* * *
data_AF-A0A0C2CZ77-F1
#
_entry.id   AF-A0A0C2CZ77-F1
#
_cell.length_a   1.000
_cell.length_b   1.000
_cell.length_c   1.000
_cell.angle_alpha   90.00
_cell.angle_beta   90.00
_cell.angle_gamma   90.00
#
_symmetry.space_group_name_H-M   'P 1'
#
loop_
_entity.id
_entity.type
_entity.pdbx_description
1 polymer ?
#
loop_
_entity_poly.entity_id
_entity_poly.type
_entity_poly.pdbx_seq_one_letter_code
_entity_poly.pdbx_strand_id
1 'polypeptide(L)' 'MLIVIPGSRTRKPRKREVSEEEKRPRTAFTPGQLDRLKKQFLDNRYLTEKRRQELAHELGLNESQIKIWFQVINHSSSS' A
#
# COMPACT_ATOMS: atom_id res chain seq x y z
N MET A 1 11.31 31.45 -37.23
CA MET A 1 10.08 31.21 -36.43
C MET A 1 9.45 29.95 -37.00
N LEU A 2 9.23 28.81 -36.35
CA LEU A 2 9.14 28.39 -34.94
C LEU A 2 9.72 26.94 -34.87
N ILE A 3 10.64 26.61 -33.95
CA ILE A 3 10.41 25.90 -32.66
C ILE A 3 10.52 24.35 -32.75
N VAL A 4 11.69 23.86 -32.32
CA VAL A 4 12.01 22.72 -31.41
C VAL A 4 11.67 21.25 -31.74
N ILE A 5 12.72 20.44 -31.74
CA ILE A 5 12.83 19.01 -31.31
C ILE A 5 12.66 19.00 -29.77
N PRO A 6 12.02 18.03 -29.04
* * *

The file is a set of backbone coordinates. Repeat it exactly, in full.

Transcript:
data_AF-A0A0C2CZ77-F1
#
_entry.id   AF-A0A0C2CZ77-F1
#
_cell.length_a   1.000
_cell.length_b   1.000
_cell.length_c   1.000
_cell.angle_alpha   90.00
_cell.angle_beta   90.00
_cell.angle_gamma   90.00
#
_symmetry.space_group_name_H-M   'P 1'
#
loop_
_entity.id
_entity.type
_entity.pdbx_description
1 polymer ?
#
loop_
_entity_poly.entity_id
_entity_poly.type
_entity_poly.pdbx_seq_one_letter_code
_entity_poly.pdbx_strand_id
1 'polypeptide(L)' 'MLIVIPGSRTRKPRKREVSEEEKRPRTAFTPGQLDRLKKQFLDNRYLTEKRRQELAHELGLNESQIKIWFQVINHSSSS' A
#
# COMPACT_ATOMS: atom_id res chain seq x y z
N MET A 1 11.31 31.45 -37.23
CA MET A 1 10.08 31.21 -36.43
C MET A 1 9.45 29.95 -37.00
N LEU A 2 9.23 28.81 -36.35
CA LEU A 2 9.14 28.39 -34.94
C LEU A 2 9.72 26.94 -34.87
N ILE A 3 10.64 26.61 -33.95
CA ILE A 3 10.41 25.90 -32.66
C ILE A 3 10.52 24.35 -32.75
N VAL A 4 11.69 23.86 -32.32
CA VAL A 4 12.01 22.72 -31.41
C VAL A 4 11.67 21.25 -31.74
N ILE A 5 12.72 20.44 -31.74
CA ILE A 5 12.83 19.01 -31.31
C ILE A 5 12.66 19.00 -29.77
N PRO A 6 12.02 18.03 -29.04